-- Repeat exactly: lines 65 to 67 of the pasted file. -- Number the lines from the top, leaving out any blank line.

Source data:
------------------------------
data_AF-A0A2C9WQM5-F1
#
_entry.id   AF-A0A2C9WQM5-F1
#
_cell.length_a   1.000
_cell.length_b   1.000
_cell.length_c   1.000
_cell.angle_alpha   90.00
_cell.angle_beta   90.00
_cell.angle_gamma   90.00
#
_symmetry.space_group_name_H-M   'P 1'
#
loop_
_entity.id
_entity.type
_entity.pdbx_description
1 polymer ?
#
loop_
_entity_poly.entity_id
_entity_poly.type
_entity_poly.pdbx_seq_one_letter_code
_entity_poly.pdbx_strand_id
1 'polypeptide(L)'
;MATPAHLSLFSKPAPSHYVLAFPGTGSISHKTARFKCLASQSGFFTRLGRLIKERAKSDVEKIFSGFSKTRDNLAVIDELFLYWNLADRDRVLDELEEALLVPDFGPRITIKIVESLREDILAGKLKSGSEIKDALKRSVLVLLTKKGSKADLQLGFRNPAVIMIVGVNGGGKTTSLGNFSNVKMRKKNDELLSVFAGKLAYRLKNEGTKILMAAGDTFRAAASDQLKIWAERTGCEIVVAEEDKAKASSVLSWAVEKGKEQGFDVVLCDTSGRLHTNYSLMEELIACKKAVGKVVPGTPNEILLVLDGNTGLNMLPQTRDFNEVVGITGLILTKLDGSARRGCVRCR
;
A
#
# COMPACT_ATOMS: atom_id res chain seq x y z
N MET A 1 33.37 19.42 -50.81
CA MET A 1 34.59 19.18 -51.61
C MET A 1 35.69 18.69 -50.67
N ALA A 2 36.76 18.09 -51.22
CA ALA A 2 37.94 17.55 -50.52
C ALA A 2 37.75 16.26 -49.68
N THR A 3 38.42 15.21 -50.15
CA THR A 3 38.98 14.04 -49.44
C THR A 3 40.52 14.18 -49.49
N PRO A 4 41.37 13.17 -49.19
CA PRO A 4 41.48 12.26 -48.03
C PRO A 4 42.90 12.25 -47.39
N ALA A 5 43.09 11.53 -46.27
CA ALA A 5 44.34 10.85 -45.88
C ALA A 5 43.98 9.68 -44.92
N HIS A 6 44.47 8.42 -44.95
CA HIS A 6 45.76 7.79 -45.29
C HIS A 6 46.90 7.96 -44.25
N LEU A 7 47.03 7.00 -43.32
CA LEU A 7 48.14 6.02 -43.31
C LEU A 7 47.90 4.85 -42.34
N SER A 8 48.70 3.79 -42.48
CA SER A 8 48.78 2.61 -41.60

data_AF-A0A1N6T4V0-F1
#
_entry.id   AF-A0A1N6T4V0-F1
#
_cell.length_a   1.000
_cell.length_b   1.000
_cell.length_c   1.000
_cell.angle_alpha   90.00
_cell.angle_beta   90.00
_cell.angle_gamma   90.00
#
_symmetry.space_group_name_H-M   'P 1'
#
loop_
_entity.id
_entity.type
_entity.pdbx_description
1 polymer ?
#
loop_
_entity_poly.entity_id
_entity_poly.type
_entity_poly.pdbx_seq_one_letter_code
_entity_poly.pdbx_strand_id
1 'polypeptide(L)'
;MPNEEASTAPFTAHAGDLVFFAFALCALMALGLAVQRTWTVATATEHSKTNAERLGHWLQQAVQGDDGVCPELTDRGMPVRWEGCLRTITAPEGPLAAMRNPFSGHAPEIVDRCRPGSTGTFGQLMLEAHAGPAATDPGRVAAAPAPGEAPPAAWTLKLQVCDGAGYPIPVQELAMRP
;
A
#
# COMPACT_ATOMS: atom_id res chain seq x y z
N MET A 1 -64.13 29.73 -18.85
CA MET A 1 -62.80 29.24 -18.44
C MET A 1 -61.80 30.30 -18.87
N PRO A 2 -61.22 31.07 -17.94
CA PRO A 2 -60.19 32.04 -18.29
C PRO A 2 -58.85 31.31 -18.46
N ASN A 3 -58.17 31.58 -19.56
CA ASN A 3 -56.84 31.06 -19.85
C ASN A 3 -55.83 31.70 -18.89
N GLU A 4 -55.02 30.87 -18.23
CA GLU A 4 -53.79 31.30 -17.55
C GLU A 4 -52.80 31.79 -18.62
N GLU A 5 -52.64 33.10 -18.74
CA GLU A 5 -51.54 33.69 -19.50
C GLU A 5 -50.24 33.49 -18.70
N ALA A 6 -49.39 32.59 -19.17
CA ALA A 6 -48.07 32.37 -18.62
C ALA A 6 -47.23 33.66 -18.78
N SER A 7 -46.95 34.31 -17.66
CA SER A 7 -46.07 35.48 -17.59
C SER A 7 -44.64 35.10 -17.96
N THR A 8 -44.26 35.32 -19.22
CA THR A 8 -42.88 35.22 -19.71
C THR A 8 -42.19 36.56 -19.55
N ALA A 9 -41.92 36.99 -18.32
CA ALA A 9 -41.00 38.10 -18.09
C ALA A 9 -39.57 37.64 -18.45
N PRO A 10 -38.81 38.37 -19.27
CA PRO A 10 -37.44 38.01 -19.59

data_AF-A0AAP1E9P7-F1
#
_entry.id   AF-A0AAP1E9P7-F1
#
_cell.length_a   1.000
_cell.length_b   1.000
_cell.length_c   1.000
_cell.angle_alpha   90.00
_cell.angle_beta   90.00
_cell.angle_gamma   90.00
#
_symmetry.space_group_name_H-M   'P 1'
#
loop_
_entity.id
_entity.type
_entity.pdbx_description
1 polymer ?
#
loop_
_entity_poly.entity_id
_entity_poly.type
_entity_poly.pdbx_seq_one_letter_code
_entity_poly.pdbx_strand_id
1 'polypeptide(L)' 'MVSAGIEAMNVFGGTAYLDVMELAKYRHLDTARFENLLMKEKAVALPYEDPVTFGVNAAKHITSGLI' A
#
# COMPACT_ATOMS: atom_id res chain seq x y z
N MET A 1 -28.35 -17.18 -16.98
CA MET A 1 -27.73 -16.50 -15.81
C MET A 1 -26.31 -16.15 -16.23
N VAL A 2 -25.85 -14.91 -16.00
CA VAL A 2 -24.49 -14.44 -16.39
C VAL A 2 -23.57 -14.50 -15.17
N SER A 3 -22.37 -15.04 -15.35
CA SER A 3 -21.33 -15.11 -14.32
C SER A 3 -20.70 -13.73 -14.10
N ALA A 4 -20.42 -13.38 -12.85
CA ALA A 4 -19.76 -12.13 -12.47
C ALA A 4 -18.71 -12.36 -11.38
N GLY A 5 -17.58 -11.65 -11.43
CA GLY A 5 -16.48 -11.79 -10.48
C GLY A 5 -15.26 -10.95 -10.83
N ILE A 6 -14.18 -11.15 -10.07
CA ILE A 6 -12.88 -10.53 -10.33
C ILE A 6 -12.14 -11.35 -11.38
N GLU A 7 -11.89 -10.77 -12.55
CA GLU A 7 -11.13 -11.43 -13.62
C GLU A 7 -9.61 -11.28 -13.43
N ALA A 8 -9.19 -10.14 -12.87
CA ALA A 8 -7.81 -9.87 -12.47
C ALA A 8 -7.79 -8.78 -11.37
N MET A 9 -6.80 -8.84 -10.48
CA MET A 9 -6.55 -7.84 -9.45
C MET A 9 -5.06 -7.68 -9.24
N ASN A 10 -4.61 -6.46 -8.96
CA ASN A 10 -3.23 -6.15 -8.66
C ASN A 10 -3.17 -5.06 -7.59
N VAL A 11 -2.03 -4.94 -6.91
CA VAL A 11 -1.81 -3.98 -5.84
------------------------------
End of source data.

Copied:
_symmetry.space_group_name_H-M   'P 1'
#
loop_